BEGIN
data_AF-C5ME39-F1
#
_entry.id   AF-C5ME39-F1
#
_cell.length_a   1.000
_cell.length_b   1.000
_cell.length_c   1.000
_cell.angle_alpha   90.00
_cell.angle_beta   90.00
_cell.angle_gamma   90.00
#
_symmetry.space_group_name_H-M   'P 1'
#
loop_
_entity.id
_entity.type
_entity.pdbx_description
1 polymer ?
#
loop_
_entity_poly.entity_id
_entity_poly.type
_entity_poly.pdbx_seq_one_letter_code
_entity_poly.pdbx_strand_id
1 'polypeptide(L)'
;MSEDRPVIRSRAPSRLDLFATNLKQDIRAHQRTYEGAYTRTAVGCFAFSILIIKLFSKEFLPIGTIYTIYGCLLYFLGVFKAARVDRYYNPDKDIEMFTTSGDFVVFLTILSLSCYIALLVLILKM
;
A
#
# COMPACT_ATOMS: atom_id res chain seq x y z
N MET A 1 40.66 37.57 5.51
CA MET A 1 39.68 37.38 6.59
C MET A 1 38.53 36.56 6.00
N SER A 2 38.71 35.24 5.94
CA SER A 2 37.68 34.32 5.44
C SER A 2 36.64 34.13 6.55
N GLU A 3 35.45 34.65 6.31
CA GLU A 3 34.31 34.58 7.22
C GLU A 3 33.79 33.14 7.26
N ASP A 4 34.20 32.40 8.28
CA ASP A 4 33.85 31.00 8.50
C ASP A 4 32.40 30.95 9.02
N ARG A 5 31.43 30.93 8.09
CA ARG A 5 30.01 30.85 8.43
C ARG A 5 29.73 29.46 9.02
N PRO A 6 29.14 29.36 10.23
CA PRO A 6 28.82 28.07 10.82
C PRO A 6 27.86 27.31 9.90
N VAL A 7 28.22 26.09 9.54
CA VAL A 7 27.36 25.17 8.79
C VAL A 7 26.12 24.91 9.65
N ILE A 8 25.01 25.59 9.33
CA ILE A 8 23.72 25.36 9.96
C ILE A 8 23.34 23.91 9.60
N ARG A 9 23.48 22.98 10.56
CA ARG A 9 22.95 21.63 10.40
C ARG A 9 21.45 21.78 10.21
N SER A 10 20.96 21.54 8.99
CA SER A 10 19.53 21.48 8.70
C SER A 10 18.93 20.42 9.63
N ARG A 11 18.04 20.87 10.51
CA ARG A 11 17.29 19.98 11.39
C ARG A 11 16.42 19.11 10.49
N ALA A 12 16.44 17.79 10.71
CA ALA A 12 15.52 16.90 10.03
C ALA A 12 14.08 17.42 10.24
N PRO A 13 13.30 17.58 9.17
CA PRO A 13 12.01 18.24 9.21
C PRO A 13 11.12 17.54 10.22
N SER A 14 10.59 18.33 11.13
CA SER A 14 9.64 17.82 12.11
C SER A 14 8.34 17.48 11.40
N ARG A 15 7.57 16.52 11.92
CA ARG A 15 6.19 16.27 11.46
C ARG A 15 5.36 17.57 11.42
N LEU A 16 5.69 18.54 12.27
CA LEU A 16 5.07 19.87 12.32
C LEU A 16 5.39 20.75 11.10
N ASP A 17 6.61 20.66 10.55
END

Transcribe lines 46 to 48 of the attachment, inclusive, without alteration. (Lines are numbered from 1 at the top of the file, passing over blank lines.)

N PRO A 6 29.14 29.36 10.23
CA PRO A 6 28.82 28.07 10.82
C PRO A 6 27.86 27.31 9.90